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Determination Of Pyruvate Decarboxylase Activity From Sulfolobus Solfataricus | 75792
ISSN: 2090-4541

Journal of Fundamentals of Renewable Energy and Applications
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Determination of pyruvate decarboxylase activity from sulfolobus solfataricus

7th International Congress on Biofuels and Bioenergy

Faisal Alharbi, Edicon Tze Shun Chan, Kesen Ma, Thomas Knura and Bettina Siebers

University of Waterloo, Canada

Posters & Accepted Abstracts: J Fundam Renewable Energy Appl

DOI: 10.4172/2090-4541-C1-039

Pyruvate decarboxylase (PDC) is a key enzyme in a two-enzyme pathway for the production of ethanol (1). It catalyzes the non-oxidative decarboxylation of pyruvate to acetaldehyde that is reduced to ethanol. No commonly-known PDC has been found in hyperthermophiles, a group of microorganisms growing optimally at 80°C and above. Although bifunctional PDCs with a pyruvate ferredoxin oxidoreductase (POR) activity have been purified and characterized from several hyperthermophilic bacteria and archaea (2,3,4), they are oxygen-sensitive and CoA-dependent, which are typical features of PORs. It is known that PORs from hyperthermophilic crenarchaeon such as Sulfolobus solfataricus and Sulfolobus acidocaldarius (Topt = 80°C) are not O2-sensitive (4,5). However, it is not clear if their PORs would also have PDC activity. S. solfataricus was grown at 80°C, and its cell free extract (CFE) was prepared using a French Press. PDC activity was determined by measuring the rate of acetaldehyde formation from pyruvate using a high-performance liquid chromatography (HPLC). Its POR activity was measured by monitoring the pyruvatedependent reduction of benzyl viologen at 578 nm. Its PDC activity was determined to be 2.5 mU/mg at optimal pH of 7 and temperature of 90oC. Its POR activity was measured to be 1.57 U/mg under the same pH and temperature conditions. Both activities were not O2-sensitive. In conclusion, it is the most thermostable and non-O2-sensitive PDC determined. The PDC enzyme will be purified using a fast performance liquid chromatography system for further characterization.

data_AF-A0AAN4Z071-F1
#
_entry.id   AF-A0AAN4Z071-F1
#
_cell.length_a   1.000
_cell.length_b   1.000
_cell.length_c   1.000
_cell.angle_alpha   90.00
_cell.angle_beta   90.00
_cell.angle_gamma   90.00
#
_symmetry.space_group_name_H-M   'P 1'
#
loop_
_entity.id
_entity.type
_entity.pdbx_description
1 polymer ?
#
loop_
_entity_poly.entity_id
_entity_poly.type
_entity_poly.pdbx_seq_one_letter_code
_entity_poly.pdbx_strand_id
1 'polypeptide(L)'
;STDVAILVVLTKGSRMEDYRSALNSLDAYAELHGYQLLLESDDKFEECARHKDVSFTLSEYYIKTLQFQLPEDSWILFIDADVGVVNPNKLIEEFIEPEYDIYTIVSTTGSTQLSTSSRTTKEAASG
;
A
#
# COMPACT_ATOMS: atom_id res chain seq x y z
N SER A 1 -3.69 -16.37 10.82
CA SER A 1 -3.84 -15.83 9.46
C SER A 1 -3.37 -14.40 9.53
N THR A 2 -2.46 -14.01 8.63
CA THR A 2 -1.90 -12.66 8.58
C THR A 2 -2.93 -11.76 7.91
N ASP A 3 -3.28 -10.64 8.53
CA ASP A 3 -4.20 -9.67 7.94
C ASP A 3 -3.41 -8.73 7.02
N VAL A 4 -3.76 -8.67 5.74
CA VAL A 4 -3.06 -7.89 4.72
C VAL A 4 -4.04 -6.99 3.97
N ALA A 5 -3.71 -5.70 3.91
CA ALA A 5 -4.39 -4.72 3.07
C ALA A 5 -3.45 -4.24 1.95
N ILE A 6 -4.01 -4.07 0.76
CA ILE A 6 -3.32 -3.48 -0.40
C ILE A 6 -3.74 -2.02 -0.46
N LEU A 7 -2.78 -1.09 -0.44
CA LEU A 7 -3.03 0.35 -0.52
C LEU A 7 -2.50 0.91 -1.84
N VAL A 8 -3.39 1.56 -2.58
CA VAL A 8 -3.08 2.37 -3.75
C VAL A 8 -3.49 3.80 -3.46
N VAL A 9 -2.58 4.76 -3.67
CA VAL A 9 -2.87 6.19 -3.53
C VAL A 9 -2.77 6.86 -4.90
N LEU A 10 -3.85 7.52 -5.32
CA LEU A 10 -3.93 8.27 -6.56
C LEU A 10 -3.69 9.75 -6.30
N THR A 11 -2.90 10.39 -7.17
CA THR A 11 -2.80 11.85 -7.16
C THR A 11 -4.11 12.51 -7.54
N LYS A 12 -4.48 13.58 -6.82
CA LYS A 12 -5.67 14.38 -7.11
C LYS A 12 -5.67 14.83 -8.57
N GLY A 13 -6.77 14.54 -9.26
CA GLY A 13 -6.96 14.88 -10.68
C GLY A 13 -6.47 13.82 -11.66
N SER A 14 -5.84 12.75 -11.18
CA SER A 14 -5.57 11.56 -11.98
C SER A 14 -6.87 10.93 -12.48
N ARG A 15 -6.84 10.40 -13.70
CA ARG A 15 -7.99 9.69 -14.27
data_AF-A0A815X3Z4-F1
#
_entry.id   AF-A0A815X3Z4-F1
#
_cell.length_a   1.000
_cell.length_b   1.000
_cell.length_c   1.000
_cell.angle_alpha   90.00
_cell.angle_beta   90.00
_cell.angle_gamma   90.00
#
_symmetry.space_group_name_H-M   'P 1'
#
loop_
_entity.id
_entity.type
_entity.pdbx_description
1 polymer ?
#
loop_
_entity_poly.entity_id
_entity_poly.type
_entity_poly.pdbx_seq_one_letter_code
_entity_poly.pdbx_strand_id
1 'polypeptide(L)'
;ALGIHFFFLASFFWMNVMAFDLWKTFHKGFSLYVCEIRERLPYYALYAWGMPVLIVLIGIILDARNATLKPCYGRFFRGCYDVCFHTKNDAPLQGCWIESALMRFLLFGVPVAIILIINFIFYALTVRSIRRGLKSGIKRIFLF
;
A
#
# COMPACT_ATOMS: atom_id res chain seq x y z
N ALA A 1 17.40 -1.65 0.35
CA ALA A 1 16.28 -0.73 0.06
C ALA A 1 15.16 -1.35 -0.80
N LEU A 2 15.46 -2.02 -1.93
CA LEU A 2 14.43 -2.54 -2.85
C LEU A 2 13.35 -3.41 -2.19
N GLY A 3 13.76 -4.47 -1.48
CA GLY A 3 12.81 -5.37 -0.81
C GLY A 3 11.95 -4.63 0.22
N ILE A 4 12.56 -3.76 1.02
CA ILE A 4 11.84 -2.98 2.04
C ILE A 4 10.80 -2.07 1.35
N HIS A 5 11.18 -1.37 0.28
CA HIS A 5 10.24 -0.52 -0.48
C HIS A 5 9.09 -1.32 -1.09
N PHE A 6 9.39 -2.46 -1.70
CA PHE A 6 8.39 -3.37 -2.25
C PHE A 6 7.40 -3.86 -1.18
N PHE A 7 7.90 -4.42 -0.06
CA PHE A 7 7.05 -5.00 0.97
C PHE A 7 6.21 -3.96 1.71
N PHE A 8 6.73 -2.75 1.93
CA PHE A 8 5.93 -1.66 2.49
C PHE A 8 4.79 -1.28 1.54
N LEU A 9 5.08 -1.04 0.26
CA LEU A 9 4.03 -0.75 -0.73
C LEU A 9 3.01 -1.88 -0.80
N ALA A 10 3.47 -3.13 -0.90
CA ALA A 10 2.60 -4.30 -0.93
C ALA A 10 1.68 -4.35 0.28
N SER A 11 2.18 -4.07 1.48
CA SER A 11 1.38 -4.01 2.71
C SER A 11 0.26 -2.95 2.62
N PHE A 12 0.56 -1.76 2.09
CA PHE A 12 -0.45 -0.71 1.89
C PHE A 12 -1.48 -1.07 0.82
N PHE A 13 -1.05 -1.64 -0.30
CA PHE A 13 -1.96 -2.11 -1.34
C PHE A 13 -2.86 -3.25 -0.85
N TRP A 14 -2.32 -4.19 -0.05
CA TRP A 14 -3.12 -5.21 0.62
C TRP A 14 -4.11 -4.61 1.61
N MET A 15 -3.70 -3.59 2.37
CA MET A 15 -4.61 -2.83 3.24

Faisal Alharbi is a graduate student from the University of Waterloo, Canada